GG: Our trekking poles we build in Austin, TX. Parts come from California, Asia and Austin. Some of the parts are machined in Austin. The carbon fiber comes from California and the plastic parts we get in Asia. Our sewing has been done previously all in the United States, but it’s been really difficult because I don’t sew and we don’t have the bandwidth to open our own factory. This has been an ongoing discussion for us for a couple of years now. We’ve been pretty lean for a while. When we started up we were pretty bootstrapped and everything we’ve made has gone back into our product. We have been through four or five factories in the United States in five years. They either close or they decide to make only military gear, or they decline to do the work because we weren’t running enough quantity. US made is great, but the quality started slipping and we started having to really ride them. And this is the really hard part about the whole thing. The samples I’ve gotten from Mexico and Asia are of much better quality than anything we’ve ever had sewn in the US. It’s just consistent and the quality is so good. I don’t want to have to look at every backpack and yank and tug on it and the factory in Mexico that we are starting up with, they have triple inspection, three people touch it and look at it and the last person is the floor manager. Our last factory in Colorado closed on us in November with no notice. We got an email, “We’re closing.” So we are starting up in ten days with a factory in Mexico that’s been there a long time. It’s a really good factory. Their floor manager, Marty Cruz, has been with them twenty-five years. It’s a really nice, clean, place with good retention. It’s a family operation and what’s nice is they’re looking for steady volume; they don’t want these huge orders a couple times a year. They’re going to give us a mini [production] line of our own, they’re going to put four or five sewers making Gossamer Gear all the time so we’ll get a few hundred packs at a time and that’s good. I have started the process with two other US sewing companies and we’ll probably look in Asia as well where there is a lot of outdoor manufacturing in places like Vietnam, Korea and Nepal.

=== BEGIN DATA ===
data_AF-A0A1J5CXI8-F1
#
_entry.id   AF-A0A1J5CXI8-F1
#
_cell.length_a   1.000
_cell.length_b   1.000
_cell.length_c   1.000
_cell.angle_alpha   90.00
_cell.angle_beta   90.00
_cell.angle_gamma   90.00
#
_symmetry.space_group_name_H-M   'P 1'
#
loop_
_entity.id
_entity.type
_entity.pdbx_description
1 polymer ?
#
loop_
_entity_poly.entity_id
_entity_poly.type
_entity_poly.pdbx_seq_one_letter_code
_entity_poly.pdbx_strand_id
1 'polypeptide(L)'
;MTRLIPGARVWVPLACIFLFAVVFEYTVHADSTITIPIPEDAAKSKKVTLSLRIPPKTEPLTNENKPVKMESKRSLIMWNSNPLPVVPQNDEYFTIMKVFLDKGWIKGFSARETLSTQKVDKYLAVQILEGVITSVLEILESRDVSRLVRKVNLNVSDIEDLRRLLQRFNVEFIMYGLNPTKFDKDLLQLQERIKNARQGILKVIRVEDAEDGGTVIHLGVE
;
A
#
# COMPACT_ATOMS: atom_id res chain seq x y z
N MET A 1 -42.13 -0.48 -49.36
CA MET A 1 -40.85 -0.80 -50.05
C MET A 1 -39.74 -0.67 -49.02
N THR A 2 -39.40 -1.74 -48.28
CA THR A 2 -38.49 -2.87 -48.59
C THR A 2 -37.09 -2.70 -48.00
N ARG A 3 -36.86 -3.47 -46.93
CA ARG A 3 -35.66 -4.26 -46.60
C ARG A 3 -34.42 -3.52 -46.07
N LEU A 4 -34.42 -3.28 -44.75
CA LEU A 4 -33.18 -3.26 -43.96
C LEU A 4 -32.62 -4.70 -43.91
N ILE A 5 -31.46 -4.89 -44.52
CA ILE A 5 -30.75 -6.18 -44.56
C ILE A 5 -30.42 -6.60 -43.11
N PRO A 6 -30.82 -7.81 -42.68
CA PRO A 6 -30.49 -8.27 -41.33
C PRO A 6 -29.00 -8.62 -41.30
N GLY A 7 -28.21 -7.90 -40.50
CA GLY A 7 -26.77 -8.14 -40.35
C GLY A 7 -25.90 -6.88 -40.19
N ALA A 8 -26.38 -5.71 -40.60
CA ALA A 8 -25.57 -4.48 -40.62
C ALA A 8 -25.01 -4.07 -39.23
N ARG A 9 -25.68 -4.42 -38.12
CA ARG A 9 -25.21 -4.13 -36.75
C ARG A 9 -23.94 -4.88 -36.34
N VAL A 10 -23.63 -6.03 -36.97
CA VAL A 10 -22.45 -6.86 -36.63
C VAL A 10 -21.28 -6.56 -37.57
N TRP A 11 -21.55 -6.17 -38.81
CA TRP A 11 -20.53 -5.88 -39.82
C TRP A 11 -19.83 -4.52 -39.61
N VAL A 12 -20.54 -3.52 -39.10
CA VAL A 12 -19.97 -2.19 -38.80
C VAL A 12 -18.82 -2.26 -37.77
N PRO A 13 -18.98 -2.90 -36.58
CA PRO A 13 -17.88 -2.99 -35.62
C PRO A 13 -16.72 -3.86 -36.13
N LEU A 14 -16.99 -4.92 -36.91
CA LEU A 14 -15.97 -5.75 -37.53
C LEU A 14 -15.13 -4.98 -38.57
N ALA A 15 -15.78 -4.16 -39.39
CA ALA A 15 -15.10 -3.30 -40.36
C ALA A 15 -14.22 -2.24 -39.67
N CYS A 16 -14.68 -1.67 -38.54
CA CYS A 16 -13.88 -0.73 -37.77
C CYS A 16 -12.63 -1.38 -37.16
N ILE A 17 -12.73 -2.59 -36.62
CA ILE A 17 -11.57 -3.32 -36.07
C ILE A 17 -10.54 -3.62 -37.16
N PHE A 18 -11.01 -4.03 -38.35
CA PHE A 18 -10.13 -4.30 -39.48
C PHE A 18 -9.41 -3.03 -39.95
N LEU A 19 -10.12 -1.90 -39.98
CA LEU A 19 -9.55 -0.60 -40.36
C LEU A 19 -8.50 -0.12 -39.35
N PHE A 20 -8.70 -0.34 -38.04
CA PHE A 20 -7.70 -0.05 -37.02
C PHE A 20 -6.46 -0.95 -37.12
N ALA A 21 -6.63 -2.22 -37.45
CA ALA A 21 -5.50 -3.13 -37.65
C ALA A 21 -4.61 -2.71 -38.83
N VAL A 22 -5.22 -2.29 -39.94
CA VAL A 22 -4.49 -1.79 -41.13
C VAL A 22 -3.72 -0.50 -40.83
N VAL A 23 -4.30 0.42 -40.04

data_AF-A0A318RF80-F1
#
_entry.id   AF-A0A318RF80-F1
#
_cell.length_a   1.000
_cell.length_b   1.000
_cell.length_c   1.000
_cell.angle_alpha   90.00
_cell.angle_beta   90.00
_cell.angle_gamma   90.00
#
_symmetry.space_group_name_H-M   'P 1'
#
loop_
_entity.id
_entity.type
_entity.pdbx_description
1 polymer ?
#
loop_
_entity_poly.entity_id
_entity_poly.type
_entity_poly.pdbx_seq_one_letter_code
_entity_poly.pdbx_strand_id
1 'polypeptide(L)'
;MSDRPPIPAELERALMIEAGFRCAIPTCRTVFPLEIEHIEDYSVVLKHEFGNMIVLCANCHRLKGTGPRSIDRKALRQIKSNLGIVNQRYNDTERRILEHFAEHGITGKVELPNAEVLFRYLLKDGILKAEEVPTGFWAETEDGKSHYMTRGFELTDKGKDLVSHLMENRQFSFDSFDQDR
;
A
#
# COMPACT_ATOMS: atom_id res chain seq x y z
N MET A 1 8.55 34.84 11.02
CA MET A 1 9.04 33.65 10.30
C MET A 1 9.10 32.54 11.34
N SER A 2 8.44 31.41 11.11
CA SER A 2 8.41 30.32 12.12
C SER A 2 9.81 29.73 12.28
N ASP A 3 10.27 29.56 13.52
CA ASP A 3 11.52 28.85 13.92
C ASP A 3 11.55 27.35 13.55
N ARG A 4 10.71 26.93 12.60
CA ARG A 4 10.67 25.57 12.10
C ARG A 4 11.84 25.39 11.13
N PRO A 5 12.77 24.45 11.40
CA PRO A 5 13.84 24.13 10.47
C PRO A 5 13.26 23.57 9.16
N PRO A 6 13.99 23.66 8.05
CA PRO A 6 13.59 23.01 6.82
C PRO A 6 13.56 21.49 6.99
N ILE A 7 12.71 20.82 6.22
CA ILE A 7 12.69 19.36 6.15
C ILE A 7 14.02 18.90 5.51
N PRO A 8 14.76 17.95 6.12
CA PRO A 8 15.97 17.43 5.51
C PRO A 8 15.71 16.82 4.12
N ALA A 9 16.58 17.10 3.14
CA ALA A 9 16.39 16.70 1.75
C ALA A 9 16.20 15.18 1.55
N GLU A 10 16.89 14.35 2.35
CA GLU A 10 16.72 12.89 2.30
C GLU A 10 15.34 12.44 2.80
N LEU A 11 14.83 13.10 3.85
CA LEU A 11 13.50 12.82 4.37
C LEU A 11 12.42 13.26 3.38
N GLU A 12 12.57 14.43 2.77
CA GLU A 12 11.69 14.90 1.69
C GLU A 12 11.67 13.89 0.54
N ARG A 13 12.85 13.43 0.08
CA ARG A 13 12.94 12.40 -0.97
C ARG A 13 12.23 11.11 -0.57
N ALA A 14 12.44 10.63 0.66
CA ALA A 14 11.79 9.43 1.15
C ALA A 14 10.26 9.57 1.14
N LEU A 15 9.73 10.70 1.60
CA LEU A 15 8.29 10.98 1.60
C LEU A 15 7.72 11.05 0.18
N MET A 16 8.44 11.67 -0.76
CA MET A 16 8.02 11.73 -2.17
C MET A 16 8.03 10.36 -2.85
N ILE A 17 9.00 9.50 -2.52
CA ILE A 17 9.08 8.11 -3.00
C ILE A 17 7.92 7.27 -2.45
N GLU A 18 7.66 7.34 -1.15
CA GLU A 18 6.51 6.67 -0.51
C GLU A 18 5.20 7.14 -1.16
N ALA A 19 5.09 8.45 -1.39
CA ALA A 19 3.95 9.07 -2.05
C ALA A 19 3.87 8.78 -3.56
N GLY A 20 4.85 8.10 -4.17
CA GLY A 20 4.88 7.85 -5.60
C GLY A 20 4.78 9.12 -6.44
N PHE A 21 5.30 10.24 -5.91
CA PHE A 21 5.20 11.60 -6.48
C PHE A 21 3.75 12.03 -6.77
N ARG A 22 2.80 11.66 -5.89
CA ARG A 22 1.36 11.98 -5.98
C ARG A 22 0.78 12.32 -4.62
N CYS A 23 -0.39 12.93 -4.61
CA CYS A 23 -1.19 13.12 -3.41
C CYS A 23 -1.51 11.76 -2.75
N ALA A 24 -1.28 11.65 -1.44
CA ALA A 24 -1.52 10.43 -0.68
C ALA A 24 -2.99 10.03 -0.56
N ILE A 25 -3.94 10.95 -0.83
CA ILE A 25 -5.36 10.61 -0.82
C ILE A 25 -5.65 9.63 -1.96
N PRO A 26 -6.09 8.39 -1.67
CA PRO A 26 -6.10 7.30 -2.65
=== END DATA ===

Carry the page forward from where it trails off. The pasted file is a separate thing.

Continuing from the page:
SBM: How do you decide what to add to your product line?
GG: Well, to begin with, we actually use the stuff. That’s what we start from as users and where we get our inspiration is from our customers. I have a sample of a women’s specific ultralight framed daypack that weighs under a pound and a half. It’s engineered for women and its 56 liters but compresses way down and it’s really nice. It’s a first round sample. What we’ve been hearing from our women customers is “we need a pack that’s designed for us, because it’s different.” So we got some help from a couple women designing this and I’m actually going to a trail show in San Jose to show it around and get some feedback. In terms of the business side, we outsource a ton and it’s all about getting the right people to help you. Our business is completely relationship based.
SBM: Do you get out to Seattle often?
GG: I was just out in the Northwest. I try to do that whole area when I get out there. So a couple of months ago I went hiking in the Olympics with one of our brand ambassadors. He took me on an off trail hike in the Bailey range. We love to make industry connections. There are people in the industry that we see at trade shows and meetings that are amazingly helpful to us and that are just doing it out of the goodness of their heart. It’s humbling.